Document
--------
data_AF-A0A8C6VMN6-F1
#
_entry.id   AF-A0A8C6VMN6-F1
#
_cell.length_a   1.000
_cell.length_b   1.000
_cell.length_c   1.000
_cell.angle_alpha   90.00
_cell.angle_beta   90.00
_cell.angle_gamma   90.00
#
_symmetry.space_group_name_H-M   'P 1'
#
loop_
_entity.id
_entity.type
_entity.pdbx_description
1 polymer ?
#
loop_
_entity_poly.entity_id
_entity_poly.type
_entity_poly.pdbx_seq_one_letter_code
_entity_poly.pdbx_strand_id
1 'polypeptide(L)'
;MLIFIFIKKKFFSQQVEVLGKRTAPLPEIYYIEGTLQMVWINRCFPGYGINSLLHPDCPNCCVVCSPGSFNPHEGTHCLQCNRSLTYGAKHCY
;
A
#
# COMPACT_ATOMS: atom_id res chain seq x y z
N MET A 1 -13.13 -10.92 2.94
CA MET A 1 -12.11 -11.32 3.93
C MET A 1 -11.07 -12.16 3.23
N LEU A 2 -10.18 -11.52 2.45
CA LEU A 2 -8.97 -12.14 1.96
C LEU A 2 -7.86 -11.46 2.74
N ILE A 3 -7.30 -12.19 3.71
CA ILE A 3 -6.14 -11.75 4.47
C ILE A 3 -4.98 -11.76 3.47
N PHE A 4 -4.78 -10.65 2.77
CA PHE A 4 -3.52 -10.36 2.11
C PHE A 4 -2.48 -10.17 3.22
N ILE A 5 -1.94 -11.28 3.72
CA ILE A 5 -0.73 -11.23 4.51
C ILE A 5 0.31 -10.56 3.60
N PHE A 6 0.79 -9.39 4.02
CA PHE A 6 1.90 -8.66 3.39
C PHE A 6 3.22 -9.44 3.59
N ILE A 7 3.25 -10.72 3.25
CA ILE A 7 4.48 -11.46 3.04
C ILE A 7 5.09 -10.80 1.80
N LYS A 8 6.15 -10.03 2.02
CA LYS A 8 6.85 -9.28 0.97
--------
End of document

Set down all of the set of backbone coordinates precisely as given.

data_AF-A0A8C6VMN6-F1
#
_entry.id   AF-A0A8C6VMN6-F1
#
_cell.length_a   1.000
_cell.length_b   1.000
_cell.length_c   1.000
_cell.angle_alpha   90.00
_cell.angle_beta   90.00
_cell.angle_gamma   90.00
#
_symmetry.space_group_name_H-M   'P 1'
#
loop_
_entity.id
_entity.type
_entity.pdbx_description
1 polymer ?
#
loop_
_entity_poly.entity_id
_entity_poly.type
_entity_poly.pdbx_seq_one_letter_code
_entity_poly.pdbx_strand_id
1 'polypeptide(L)'
;MLIFIFIKKKFFSQQVEVLGKRTAPLPEIYYIEGTLQMVWINRCFPGYGINSLLHPDCPNCCVVCSPGSFNPHEGTHCLQCNRSLTYGAKHCY
;
A
#
# COMPACT_ATOMS: atom_id res chain seq x y z
N MET A 1 -13.13 -10.92 2.94
CA MET A 1 -12.11 -11.32 3.93
C MET A 1 -11.07 -12.16 3.23
N LEU A 2 -10.18 -11.52 2.45
CA LEU A 2 -8.97 -12.14 1.96
C LEU A 2 -7.86 -11.46 2.74
N ILE A 3 -7.30 -12.19 3.71
CA ILE A 3 -6.14 -11.75 4.47
C ILE A 3 -4.98 -11.76 3.47
N PHE A 4 -4.78 -10.65 2.77
CA PHE A 4 -3.52 -10.36 2.11
C PHE A 4 -2.48 -10.17 3.22
N ILE A 5 -1.94 -11.28 3.72
CA ILE A 5 -0.73 -11.23 4.51
C ILE A 5 0.31 -10.56 3.60
N PHE A 6 0.79 -9.39 4.02
CA PHE A 6 1.90 -8.66 3.39
C PHE A 6 3.22 -9.44 3.59
N ILE A 7 3.25 -10.72 3.25
CA ILE A 7 4.48 -11.46 3.04
C ILE A 7 5.09 -10.80 1.80
N LYS A 8 6.15 -10.03 2.02
CA LYS A 8 6.85 -9.28 0.97